Brushy Creek Municipal Utility District History
Brushy Creek Municipal Utility District was formed as Williamson County Municipal Utility District No. 2 on October 27, 1977 with a confirming election on January 21, 1978 and about 725 acres of land. An annexation in 1983 involving most of the land in the present District south of Brushy Creek increased the District to 2210 acres. The district name was changed to Brushy Creek Municipal Utility District on August 31, 1990.
The District includes two non-contiguous areas, one lying between Sam Bass Road and F.M. 1431 (Brushy Creek North) and one area lying mainly between Brushy Creek and F.M. 620, but also including an area south of F. M. 620. The primary neighborhoods include Brushy Creek North, Sendero Springs, Brushy Creek South, Hillside, the Villages of Brushy Creek, Cat Hollow, the Meadows, the Woods of Brushy Creek and Highland Horizons.
Parts of the District were included in the extra-territorial jurisdictions (ETJ) of both Austin and Round Rock until 1997. An act of the legislature in that year allowed the District to choose to be in only one ETJ, and the Board of Directors chose to move all of the District into the ETJ of Round Rock.
The District was originally formed to support development of Brushy Creek North and the original southern development, Brushy Creek South. Municipal Utility Districts reimburse developers for portions of their land development costs.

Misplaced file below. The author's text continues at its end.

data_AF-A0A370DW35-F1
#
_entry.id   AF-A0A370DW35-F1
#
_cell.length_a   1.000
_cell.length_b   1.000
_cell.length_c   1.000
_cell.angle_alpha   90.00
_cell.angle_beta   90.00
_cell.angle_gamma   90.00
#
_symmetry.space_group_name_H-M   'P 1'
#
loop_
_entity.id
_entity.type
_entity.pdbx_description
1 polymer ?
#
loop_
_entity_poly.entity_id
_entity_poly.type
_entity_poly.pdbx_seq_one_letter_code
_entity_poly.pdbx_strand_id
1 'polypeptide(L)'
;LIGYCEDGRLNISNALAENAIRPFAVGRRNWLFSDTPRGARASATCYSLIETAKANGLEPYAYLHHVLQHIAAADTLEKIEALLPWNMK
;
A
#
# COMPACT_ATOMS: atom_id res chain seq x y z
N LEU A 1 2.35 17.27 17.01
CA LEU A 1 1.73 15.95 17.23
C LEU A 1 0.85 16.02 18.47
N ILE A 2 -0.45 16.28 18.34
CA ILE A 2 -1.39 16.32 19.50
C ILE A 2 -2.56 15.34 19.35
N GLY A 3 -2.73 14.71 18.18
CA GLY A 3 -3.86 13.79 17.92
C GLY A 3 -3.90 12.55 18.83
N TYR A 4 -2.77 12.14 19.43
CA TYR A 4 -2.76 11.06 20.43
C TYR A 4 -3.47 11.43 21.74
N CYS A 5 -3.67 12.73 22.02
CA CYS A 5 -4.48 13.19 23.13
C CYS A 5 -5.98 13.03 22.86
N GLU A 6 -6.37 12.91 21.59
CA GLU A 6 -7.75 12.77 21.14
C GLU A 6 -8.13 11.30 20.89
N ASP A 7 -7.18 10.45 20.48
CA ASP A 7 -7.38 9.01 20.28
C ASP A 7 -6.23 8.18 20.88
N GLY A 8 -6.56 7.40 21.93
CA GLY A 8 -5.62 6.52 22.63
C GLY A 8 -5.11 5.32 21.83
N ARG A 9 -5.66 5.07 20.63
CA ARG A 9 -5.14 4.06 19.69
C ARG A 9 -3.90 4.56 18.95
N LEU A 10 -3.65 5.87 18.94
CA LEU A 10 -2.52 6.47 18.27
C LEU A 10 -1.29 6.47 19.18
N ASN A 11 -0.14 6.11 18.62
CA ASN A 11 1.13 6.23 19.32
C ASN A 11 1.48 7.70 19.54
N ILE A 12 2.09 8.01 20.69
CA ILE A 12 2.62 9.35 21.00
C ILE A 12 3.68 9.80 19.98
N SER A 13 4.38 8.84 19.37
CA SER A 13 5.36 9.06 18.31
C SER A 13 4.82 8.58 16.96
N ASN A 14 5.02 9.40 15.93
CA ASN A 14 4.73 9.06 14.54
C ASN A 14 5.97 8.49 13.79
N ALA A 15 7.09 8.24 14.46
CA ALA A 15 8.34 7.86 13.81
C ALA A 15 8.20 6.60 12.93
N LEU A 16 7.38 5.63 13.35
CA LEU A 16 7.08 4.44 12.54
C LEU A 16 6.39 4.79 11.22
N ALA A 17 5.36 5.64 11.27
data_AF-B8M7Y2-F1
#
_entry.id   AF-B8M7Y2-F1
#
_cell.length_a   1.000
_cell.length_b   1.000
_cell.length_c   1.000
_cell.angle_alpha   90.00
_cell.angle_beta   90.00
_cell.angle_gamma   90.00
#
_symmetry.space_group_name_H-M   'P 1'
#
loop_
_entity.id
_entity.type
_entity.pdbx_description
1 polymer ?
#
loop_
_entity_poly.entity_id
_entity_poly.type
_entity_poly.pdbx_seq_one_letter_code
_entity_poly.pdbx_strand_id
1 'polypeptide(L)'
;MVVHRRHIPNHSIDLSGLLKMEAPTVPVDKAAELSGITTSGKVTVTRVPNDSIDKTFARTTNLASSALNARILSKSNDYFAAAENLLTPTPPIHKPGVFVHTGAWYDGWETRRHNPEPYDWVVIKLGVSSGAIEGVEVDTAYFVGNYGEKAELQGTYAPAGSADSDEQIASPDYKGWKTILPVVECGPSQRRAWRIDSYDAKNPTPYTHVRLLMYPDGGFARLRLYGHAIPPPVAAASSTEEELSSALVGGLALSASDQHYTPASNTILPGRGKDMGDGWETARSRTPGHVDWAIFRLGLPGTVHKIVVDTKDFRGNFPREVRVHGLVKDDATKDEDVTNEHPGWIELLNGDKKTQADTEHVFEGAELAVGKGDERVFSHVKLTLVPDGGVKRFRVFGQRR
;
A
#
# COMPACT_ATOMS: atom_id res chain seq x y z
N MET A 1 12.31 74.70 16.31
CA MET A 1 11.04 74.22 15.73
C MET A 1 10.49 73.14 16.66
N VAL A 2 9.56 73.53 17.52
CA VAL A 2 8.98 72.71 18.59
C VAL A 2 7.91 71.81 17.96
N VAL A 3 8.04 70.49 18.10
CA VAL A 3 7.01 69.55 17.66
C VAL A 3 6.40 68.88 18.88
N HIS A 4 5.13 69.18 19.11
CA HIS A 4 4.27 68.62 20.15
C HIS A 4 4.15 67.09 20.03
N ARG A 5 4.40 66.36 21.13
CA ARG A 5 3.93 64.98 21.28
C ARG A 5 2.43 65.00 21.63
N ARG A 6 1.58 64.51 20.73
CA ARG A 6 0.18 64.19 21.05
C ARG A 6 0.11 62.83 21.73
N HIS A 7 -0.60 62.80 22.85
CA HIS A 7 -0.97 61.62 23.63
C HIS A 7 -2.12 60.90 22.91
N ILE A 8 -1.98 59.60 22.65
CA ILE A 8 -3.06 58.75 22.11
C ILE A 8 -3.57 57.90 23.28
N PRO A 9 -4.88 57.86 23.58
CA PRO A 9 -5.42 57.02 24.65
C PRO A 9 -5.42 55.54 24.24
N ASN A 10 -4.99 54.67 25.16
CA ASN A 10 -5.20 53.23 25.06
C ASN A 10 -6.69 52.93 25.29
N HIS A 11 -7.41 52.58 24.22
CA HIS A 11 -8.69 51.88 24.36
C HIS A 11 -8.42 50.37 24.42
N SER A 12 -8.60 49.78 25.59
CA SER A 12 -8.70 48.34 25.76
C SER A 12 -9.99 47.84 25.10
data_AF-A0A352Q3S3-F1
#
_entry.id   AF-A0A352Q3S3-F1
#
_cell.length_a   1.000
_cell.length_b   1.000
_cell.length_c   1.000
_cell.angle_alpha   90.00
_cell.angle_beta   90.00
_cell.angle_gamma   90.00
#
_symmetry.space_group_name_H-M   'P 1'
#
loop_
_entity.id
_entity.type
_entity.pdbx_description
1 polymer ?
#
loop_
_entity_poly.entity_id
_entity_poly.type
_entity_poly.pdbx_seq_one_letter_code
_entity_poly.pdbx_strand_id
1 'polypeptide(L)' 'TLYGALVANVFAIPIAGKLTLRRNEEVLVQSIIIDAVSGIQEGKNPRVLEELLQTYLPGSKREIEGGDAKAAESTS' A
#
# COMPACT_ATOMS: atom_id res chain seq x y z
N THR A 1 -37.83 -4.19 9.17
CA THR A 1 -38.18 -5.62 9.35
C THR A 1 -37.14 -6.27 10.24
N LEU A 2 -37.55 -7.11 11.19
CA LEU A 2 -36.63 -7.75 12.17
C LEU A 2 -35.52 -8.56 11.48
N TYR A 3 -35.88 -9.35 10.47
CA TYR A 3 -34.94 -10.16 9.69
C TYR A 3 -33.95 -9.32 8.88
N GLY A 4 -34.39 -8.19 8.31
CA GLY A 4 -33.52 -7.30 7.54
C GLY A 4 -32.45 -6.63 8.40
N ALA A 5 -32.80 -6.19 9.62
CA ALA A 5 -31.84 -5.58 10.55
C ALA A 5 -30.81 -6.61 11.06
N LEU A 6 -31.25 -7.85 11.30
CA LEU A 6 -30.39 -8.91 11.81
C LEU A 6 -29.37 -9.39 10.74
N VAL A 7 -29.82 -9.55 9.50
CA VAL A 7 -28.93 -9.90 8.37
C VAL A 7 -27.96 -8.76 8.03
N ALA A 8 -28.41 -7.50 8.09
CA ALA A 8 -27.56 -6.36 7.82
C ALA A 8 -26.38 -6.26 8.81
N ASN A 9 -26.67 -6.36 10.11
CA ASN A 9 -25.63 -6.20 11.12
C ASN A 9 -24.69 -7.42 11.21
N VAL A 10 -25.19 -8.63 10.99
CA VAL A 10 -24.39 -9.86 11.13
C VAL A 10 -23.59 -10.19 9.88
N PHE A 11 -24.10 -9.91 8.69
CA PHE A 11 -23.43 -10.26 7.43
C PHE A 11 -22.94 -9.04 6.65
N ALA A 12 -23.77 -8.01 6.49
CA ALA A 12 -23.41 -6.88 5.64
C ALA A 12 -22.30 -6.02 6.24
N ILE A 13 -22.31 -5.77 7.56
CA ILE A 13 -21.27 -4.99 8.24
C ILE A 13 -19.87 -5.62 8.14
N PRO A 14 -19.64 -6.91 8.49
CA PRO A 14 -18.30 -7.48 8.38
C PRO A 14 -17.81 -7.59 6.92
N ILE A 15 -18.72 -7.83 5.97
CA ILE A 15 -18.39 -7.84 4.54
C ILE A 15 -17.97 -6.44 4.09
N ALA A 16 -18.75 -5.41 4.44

MUD's also have responsibility for providing water and wastewater services as well as parks. More recent legislation has also given MUD's the ability to provide solid waste collection and road construction and maintenance. MUD's function similarly to a city but do not have all the broad powers of a city such as zoning and building permitting, nor can it charge franchise taxes or sales taxes. A MUD lying in an ETJ of a city can be annexed by that city subject to certain provisions and requirements in the state law.
Through the years Brushy Creek Municipal Utility District has provided water service from both groundwater wells and from water purchased from the City of Round Rock. The District is currently treating both water from Lake Georgetown and its own groundwater wells with the most advanced membrane filtration technology. The District replaced the Neenah Standpipe with a new 750,000 gallon composite elevated storage tank. The Stonebridge Standpipe has been removed from service, and a new 300,000 gallon elevated storage tank was constructed in Sendero Springs (adjacent to Brushy Creek North).
The Brushy Creek Municipal Utility District's wastewater is treated by the Brushy Creek Regional Wastewater Treatment Plant owned by the Lower Colorado River Authority. The District previously operated wastewater treatment plants located in both the North and South portions of the District.
The District's parks and recreation system has grown dramatically. A portion of the funding is provided by developer fees paid on each new lot. The District parks include Sendero Springs Park, Brushy Creek North Park, Creekside Park, Shirley McDonald Park (duck pond), Cat Hollow Park, Pepper Rock Park, Racine Woods Park (Sink Hole Park), Little Village Park, and the Community Park. The District has numerous trails and greenbelts, an 18 hole disk golf course and a Community Center with over 60,000 square feet of recreation and meeting space. The District also owns and operates four swimming pools.
The District has sought to provide a sense of community through water services, its parks, its support of community groups and activities, and a staff working to serve the community.